Archive for December 2009
Back in January of 2006, I first agreed to accompany Larry Bell on a road trip to Taos. It was shortly after we had decided to have an exhibition at my gallery. The trip was Larry’s idea. He thought that I should “check out his scene” at the Taos studio, and learn about the making of his iconic glass cubes. Two nights before we headed out of town, we had been at dinner at Hal’s restaurant in Venice. Ed Moses asked Larry, “Are you driving back to New Mexico alone?” Larry replied: “Not if I can convince this guy to go with me.” I decided to go.
To make it out of Los Angeles before the worst of the traffic, Larry picked me up at my house at 5 a.m. He was prompt. He surprised me by picking up my bags, and carrying them to the truck. I quickly realized: this is a very caring and open host, and we are going to have an adventure.
On that trip, we headed east on the 210 at dawn on Sunday morning. Larry was driving his white Chevrolet Suburban, which he dubbed “The Mighty Time Machine”. We were getting close to the intersection with interstate route 15 north. Larry said, “I love the light in the morning. Especially like this, or at the beach.” I realized right then that this is what he’s all about—the perception of light and space—and that this will be the meaning of my road trip with Larry. He talked again about the morning sky: “Look at those flying saucer clouds. I’ve never seen clouds like that.” The sky was full of subtle gradations of radiant color, from a rosy glow to a soft, infinite blue—just like a Larry Bell cube. There was a vapor trail from a passing jet that ran from the upper right straight back toward the horizon, and just above that were the three flying saucer clouds, smaller in size as they grow more distant, glowing a deep and warm color of a plum.
Last week, almost four years later, Larry and I headed out of town again. I was going to Taos to attend his 70th birthday. This time Larry chose his preferred route—up the 405 north to the 14 east, then through the Mojave Desert and into Arizona. I had already taken note of the numbers and capacities of our vehicle. The Mighty Time Machine, our ride through the freezing high desert, holds forty-three gallons of gasoline, has two batteries, and is capable of hauling a whole stack of 4 x 8 foot sheets of plywood. Larry’s rig is outfitted for the road, and everything is within arm’s reach. He’s got two cell phones strapped into the visor, and a CB radio turned on—with the volume down low. There are cigars and CDs close at hand, and drinks are to the right and behind the seat.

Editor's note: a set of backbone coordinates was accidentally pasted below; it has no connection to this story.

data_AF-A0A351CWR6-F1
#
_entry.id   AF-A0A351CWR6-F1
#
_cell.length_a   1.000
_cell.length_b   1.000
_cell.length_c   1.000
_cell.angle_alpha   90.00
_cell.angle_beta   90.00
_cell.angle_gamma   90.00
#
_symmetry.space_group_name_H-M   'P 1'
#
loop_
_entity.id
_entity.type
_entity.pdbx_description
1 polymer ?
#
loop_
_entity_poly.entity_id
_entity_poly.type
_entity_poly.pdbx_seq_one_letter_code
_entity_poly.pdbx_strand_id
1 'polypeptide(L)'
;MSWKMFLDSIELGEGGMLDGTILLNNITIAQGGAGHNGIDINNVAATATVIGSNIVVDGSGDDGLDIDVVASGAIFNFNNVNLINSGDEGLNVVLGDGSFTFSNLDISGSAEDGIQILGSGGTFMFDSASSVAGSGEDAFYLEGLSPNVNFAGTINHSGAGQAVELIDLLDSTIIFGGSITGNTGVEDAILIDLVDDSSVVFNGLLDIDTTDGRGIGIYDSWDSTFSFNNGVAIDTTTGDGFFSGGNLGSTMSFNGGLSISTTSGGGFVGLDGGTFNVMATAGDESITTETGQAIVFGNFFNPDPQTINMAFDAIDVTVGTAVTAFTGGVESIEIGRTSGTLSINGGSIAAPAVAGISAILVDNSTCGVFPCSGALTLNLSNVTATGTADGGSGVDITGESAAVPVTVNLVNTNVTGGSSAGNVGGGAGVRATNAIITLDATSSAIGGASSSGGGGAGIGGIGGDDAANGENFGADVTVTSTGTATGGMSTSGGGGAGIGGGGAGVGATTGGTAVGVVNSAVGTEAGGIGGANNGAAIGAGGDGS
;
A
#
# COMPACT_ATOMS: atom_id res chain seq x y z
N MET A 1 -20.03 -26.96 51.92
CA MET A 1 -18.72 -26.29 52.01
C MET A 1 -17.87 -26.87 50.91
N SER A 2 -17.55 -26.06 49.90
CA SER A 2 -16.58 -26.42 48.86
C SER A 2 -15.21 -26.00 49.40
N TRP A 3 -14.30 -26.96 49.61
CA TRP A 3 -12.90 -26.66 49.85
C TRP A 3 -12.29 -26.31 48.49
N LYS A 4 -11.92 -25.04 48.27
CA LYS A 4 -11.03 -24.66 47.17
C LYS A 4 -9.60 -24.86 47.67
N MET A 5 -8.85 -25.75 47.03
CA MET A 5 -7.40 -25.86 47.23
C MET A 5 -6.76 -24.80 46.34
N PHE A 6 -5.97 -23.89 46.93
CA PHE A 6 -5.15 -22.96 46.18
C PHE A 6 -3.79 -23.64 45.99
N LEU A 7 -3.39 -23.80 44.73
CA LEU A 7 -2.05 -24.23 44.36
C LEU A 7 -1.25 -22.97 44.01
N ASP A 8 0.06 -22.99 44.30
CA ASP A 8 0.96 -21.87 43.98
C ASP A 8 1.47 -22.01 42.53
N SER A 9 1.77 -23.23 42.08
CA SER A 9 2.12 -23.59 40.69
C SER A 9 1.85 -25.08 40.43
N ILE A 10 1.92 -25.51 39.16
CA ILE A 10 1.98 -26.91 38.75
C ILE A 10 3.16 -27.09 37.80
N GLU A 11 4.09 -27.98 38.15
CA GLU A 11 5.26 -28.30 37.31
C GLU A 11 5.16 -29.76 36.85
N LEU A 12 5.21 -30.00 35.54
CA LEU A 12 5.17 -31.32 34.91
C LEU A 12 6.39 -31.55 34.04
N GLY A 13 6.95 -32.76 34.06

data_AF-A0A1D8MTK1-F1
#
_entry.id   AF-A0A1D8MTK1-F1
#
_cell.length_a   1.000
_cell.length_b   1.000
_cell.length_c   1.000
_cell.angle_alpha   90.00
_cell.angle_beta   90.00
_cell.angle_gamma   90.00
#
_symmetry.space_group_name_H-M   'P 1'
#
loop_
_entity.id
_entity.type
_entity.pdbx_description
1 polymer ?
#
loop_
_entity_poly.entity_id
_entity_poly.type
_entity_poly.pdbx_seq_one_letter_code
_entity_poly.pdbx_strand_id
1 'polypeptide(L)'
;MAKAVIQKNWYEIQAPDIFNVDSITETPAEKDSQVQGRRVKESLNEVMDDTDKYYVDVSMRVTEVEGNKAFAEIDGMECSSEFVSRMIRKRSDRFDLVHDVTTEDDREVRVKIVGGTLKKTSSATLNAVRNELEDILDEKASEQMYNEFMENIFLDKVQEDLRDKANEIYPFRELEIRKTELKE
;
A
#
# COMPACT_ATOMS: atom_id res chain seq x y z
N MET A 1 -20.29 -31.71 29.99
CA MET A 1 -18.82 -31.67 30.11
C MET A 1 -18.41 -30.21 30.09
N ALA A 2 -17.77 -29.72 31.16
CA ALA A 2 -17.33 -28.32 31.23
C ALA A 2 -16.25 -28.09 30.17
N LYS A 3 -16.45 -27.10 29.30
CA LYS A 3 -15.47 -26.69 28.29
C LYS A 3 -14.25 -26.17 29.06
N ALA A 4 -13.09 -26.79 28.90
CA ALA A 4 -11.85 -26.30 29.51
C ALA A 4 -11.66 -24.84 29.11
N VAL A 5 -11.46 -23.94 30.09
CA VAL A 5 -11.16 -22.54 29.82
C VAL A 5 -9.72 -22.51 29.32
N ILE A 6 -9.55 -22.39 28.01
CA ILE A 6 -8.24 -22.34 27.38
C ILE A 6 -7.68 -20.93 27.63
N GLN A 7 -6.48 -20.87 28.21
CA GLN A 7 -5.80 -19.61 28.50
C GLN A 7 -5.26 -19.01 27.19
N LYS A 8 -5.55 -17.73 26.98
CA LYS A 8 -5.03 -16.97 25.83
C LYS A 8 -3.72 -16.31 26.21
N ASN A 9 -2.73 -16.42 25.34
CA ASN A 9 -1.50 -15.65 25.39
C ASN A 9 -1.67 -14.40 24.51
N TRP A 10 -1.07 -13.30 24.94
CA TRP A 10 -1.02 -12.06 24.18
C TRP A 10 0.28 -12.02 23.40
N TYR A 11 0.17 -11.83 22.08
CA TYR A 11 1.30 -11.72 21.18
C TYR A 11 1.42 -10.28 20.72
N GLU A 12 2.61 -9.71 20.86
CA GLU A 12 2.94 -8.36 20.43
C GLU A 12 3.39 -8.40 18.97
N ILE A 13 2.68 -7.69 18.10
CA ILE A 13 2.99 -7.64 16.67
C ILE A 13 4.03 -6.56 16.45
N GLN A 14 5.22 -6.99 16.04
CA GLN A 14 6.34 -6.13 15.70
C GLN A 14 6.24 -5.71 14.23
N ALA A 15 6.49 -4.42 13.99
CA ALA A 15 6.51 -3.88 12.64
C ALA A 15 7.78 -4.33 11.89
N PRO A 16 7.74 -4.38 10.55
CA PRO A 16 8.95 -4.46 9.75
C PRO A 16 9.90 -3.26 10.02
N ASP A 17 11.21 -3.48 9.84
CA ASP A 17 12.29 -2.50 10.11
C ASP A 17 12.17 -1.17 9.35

We had one passenger this time, Larry’s dog named Pinky. Like a well-traveled old friend, she slept quietly on the back seat. Traveling with a dog is something that I love, as silent companionship and a sense of adventure are perfect for exploring new territory. A well-traveled dog just seems to know when the rest stop is coming up, and can smell the new scents, as well mark some territory of her own. Pinky and Larry found some great spots to take a short walk and admire the architecture of the Arizona rest stops.
I took my turn driving this time, from the California border to exit 185 in Arizona. After realizing that I was too sleepy to continue, Larry took the wheel again, and I slept for a good 3 or 4 hours. When I woke up, Larry told me that we were going to stop for a little breakfast and some gas. We were right at the Arizona—New Mexico border. I heard him say, “I just want to stop here at this store, and there’s something I want to show you in there.” I was definitely ready for breakfast, and ready for the next adventure, too. Except I could not imagine why Larry wanted to stop at the Southwest’s Largest Teepee, at the side of the road.
It turns out that the Southwest’s Largest Teepee also houses a huge cigar store. Have you ever seen a picture of Larry Bell without a cigar? He is indeed a cigar aficionado. And the proof was apparent when we opened the door and walked into the shop. The owners, who were just opening up for the morning shift, quickly said, “Larry, your order just came in.” I was treated to a little tour of the humid environs of a tax-free tobacco haven. That was just our first day on the road.
A friend sent a photograph of the Virginia woods a couple of weeks ago. Dark tree trunks dominate the foreground with dramatic verticals. A center of light, clear, open space, like looking into stained glass, shows the richly cultivated landscape. It reminded me of my September trip to rural central Virginia, where my family gathered to bury my oldest brother. When I think about my loss, I am comforted by knowing that he was laid to rest in his favorite land.
I take landscape photos when I am on the road, and I wonder about my connection to the land of the west. Landscape is such a powerful bond for me. Northern California holds a place in my internal landscape, as I lived there for a decade or so. A rugged coastline, with expansive views of rocks and water, or a stunning view of coastal mountains, has always been a source of strength for me.
Last week I traveled to Taos, New Mexico. From the interstate highway, there were constant views, and at times it seemed like one could see for a hundred miles. I traveled through some storms, and across sheets of ice. One evening’s storm left new snow, and I walked right through it. In the morning I took this photo of the Taos mountains, as I walked to my friend’s house. Later I came across a quote from Dharma Bums, by Jack Keroac:
“I felt like lying down by the side of the trail and remembering it all. The woods do that to you, they always look familiar, long lost, like the face of a long-dead relative, like an old dream…”